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Final Report Summary - PARAPOPGENE (Comparative genetic patterns in parasite populations and species: the search for structuring forces)

The PARAPOPGENE project addressed the application of a novel comparative molecular approach at different evolutionary, ecological and spatial scales to assess the processes acting on microevolutionary scales to generate variability among populations of parasites, to turn later into the processes acting on macroevolutionaly scales to generate species diversity in parasites.

The main objectives were:

1. To explore how population genetic structure and infection levels of parasites with different host’s dispersal abilities were influenced by habitat structure, in particular, the unidirectional river flow.
2. To contrast the population genetics and phylogeographic structure of four freshwater trematode species with different life-history strategies and host’s dispersal abilities.
3. To validate a DNA-based diagnostic test of identification of larval stages of Diplostomum spp. and develop a rapid method to distinguish between the most frequent Diplostomum species.
4. To evaluate the effect of geography and microhabitat preference on the diversity of Diplostomum species.

We used two different host-parasite model systems to address the above objectives during the outgoing (objectives 1and 2) and return (objectives 3 and 4) phase of the project.
In rivers, a common process originating from the unidirectional water flow, stream drift, favours the displacement and downstream dispersal of invertebrates. This process could also generate a gradient in infection levels and parasite species genetic diversity, leading to decreasing numbers of parasites per host and decreasing species genetic diversity as one moves upstream from the river mouth. First, to test the effect of unidirectional river current on parasite genetic diversity, we sampled native upland bully fish host (Gobiomorphus breviceps) and collected their trematode species at 10 sites along a 70 km stretch of the Manuherikia River (New Zealand). We analysed the genetic structure of two freshwater trematode species with different life histories (Stegodexamene anguillae and Coitocaecum parvum) using mitochondrial cytochrome c oxidase I gene (cox1) sequences. Second, we tested if the unidirectional water flow, stream drift, could generate a gradient in infection levels, leading to decreasing numbers of parasites per host as one moves upstream from the river mouth. We used four trematode species infecting upland bully fish in the same Manuherikia River settings.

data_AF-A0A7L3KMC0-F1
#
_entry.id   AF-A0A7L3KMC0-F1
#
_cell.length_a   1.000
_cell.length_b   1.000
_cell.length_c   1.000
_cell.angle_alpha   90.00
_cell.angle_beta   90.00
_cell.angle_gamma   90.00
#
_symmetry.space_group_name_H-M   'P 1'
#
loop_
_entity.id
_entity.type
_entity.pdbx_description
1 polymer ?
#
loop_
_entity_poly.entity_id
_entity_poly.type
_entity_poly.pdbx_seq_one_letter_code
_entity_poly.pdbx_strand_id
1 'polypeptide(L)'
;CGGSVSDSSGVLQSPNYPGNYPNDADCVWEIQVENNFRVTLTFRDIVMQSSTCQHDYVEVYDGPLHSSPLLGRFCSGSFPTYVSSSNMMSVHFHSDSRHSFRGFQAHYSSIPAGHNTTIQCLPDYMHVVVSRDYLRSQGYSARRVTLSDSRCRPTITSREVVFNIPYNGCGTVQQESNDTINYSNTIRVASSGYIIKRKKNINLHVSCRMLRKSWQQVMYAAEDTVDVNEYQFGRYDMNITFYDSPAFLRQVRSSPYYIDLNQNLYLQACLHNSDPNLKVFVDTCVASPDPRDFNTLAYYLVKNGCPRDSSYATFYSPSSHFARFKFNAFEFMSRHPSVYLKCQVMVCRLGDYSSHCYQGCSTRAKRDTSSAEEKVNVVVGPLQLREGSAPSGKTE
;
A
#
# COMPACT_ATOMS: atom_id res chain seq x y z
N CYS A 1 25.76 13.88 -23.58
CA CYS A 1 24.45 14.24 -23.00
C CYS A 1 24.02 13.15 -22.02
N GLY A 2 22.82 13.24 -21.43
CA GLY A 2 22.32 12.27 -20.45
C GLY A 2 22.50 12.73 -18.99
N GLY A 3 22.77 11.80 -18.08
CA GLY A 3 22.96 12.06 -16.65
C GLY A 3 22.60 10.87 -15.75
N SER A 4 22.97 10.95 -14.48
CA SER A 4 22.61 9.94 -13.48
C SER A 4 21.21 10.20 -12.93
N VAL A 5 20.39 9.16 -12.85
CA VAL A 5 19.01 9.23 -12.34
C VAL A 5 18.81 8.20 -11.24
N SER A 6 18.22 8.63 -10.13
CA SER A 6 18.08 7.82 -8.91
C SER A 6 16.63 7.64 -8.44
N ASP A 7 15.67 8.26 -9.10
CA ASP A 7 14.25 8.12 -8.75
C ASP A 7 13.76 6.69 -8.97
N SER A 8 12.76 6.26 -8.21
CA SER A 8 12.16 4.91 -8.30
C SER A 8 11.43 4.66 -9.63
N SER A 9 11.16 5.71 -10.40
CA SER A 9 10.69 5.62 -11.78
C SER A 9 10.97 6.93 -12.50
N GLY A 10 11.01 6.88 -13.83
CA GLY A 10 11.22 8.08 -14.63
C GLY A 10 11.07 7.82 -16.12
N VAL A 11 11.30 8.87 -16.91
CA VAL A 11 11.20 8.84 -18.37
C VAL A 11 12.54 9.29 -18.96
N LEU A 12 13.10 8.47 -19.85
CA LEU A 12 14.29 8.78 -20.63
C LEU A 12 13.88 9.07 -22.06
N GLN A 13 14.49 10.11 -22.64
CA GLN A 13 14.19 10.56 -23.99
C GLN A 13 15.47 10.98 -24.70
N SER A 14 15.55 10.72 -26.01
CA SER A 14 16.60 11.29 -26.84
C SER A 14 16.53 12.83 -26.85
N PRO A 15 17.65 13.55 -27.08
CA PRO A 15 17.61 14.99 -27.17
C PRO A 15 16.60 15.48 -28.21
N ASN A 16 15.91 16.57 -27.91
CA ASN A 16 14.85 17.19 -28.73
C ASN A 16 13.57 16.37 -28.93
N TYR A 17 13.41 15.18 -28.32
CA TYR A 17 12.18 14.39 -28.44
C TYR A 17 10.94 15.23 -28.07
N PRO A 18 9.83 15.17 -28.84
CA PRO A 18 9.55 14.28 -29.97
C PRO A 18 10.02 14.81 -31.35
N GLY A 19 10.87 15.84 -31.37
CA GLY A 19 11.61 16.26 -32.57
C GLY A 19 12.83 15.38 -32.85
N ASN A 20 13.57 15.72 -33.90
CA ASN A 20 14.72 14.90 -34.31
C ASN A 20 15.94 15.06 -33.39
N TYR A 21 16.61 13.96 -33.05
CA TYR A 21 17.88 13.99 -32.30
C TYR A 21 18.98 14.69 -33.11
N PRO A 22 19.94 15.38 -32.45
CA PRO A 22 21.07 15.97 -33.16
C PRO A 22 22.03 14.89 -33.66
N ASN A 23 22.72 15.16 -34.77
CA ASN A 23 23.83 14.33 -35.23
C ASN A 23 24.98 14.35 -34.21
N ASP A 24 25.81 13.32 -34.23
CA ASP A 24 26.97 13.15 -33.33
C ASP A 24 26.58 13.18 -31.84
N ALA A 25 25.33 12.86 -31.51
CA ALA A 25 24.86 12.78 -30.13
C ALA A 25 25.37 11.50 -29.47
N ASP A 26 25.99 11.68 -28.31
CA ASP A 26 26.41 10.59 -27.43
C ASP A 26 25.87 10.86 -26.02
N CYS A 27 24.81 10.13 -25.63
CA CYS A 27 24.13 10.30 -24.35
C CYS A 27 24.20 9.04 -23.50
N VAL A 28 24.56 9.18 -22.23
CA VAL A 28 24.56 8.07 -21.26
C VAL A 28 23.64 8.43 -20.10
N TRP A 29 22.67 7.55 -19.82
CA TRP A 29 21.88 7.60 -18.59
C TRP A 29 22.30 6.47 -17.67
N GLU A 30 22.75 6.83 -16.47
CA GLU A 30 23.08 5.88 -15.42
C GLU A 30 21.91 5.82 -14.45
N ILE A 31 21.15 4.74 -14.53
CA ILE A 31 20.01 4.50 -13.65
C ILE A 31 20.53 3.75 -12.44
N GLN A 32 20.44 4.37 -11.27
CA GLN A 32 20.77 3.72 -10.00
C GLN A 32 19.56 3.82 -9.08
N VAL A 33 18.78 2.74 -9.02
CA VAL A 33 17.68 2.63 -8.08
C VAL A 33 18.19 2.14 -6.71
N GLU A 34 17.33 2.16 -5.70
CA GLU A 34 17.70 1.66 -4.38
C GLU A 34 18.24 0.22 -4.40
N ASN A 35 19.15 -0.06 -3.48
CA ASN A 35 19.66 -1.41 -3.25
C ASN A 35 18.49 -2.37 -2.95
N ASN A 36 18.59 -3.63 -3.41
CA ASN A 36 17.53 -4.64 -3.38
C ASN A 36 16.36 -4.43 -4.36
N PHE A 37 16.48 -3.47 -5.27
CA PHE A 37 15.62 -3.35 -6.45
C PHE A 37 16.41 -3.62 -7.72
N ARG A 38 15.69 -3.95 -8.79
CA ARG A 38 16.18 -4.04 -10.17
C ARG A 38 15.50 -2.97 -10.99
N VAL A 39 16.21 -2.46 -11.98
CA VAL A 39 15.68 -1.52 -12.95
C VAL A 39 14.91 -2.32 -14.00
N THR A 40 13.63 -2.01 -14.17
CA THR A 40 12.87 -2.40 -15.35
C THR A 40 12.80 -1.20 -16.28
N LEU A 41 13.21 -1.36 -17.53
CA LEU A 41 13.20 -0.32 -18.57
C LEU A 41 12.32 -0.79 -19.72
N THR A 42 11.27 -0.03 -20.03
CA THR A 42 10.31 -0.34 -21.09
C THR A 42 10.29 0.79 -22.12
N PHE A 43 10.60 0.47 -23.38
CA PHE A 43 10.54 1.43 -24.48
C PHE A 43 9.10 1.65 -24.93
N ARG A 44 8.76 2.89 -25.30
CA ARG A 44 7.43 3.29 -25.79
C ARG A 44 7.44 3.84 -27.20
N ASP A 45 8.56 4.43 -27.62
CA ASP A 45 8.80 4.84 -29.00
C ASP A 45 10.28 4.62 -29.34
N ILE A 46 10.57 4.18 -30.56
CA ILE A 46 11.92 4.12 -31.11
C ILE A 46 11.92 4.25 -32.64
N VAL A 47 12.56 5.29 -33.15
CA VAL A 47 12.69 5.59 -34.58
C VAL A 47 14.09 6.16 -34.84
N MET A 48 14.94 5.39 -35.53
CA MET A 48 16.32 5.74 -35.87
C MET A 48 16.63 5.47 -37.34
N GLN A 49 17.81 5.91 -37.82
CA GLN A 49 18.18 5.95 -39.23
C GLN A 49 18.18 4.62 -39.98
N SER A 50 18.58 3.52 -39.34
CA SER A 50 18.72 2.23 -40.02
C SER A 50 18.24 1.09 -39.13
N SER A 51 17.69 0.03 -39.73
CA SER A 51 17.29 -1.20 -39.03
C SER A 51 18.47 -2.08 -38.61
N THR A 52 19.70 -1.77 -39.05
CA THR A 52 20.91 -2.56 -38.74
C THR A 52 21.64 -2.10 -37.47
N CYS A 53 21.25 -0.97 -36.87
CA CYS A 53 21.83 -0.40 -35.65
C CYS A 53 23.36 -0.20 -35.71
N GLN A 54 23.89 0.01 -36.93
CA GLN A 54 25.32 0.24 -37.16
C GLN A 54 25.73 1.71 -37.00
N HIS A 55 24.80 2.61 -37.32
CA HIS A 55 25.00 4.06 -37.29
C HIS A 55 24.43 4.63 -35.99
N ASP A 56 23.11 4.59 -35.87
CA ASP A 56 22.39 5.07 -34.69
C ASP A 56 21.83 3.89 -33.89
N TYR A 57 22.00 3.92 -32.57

Related information

Reported by

Biologicke centrum AV CR, v. v. i.
Czech Republic
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